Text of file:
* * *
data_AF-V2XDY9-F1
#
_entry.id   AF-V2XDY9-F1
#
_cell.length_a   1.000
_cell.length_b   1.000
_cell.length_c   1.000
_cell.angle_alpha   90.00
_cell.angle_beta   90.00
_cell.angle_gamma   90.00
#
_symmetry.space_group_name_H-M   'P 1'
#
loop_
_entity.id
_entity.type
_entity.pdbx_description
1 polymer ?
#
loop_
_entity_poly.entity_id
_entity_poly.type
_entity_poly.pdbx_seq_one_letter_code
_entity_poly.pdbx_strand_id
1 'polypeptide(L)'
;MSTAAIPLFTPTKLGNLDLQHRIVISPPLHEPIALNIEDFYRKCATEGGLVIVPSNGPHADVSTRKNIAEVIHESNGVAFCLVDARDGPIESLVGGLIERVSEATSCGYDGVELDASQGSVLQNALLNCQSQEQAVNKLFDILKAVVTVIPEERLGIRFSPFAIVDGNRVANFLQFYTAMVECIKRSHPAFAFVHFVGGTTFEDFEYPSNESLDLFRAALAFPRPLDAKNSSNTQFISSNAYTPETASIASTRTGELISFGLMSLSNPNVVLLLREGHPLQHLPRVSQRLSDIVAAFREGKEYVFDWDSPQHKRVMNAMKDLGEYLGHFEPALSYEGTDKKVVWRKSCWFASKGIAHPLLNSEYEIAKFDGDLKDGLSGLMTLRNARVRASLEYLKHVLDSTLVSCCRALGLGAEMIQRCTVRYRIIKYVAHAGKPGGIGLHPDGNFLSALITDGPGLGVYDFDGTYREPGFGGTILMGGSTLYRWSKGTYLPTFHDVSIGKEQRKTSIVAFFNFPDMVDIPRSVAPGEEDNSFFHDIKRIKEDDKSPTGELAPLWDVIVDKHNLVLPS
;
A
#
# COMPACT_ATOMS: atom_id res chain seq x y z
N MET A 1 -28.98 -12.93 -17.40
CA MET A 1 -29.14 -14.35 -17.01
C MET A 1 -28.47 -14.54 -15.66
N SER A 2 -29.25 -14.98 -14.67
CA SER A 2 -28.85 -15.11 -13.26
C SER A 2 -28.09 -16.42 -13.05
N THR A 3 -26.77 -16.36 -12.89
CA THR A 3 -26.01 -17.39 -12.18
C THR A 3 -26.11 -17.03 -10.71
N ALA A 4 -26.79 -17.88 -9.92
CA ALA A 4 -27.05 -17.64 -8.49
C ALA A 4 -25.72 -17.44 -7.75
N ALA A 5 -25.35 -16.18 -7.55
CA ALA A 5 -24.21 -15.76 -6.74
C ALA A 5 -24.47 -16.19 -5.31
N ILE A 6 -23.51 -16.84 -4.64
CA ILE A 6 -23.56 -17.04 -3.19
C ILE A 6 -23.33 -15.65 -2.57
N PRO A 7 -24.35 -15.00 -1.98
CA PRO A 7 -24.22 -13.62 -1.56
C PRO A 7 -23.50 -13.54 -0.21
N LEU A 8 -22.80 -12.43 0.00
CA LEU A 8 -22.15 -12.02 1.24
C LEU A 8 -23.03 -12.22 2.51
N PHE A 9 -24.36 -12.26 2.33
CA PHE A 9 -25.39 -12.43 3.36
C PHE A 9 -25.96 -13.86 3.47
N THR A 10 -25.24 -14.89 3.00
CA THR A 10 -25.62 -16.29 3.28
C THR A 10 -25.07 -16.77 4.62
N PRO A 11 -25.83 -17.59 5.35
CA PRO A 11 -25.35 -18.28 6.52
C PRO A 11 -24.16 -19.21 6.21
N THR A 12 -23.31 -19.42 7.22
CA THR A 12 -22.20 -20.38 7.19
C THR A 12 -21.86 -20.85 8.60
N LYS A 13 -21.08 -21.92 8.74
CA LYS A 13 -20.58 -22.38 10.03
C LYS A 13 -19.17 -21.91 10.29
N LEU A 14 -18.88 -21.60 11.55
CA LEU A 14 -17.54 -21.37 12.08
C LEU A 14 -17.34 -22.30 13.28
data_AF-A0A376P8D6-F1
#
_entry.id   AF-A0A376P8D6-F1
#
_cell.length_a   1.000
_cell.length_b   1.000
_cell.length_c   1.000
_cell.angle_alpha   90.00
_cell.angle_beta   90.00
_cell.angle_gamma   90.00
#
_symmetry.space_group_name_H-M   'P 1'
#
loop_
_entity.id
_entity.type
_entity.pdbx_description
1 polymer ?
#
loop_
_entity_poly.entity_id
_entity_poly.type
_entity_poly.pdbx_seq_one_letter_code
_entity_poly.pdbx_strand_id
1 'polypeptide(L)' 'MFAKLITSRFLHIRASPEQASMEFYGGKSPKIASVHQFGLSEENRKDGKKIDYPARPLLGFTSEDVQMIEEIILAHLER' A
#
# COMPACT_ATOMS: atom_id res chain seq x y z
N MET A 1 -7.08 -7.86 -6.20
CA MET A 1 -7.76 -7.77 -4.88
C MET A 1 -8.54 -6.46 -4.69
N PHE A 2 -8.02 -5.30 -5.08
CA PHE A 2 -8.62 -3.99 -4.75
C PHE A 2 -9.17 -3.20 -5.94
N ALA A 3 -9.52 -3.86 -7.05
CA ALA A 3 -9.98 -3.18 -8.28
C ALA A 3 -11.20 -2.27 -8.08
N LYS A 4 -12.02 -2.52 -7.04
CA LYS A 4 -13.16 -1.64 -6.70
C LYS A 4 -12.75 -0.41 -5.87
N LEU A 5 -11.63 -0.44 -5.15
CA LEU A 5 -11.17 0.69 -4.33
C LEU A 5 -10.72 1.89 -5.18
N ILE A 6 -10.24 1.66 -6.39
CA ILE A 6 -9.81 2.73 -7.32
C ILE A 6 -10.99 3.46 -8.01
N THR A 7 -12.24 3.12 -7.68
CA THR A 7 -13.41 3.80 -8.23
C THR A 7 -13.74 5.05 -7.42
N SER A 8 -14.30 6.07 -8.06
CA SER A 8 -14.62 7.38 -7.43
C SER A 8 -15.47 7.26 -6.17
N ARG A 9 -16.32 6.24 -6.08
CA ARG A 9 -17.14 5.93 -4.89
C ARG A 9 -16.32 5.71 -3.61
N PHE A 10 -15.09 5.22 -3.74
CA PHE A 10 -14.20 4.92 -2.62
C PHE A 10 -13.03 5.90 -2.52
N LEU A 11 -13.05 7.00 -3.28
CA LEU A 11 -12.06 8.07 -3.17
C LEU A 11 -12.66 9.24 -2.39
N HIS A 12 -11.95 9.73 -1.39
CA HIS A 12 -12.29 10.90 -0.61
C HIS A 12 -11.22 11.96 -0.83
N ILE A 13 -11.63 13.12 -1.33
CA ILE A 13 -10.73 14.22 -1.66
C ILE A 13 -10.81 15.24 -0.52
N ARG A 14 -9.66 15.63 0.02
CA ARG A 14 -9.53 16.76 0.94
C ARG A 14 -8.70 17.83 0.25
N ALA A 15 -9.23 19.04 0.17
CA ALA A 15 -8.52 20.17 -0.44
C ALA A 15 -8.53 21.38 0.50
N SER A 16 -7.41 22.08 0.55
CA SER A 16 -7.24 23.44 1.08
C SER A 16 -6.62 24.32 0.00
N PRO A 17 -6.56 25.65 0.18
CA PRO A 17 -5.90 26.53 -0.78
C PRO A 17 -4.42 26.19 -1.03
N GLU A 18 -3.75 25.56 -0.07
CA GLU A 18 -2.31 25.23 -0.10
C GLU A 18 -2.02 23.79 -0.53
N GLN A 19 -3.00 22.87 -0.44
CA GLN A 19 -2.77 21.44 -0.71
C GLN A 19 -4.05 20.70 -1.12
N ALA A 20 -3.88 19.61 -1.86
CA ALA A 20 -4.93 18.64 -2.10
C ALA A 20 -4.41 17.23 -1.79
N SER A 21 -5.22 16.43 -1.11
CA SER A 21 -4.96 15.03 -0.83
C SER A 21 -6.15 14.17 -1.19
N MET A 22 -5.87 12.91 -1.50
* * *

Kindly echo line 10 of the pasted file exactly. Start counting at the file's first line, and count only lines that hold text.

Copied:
_cell.angle_gamma   90.00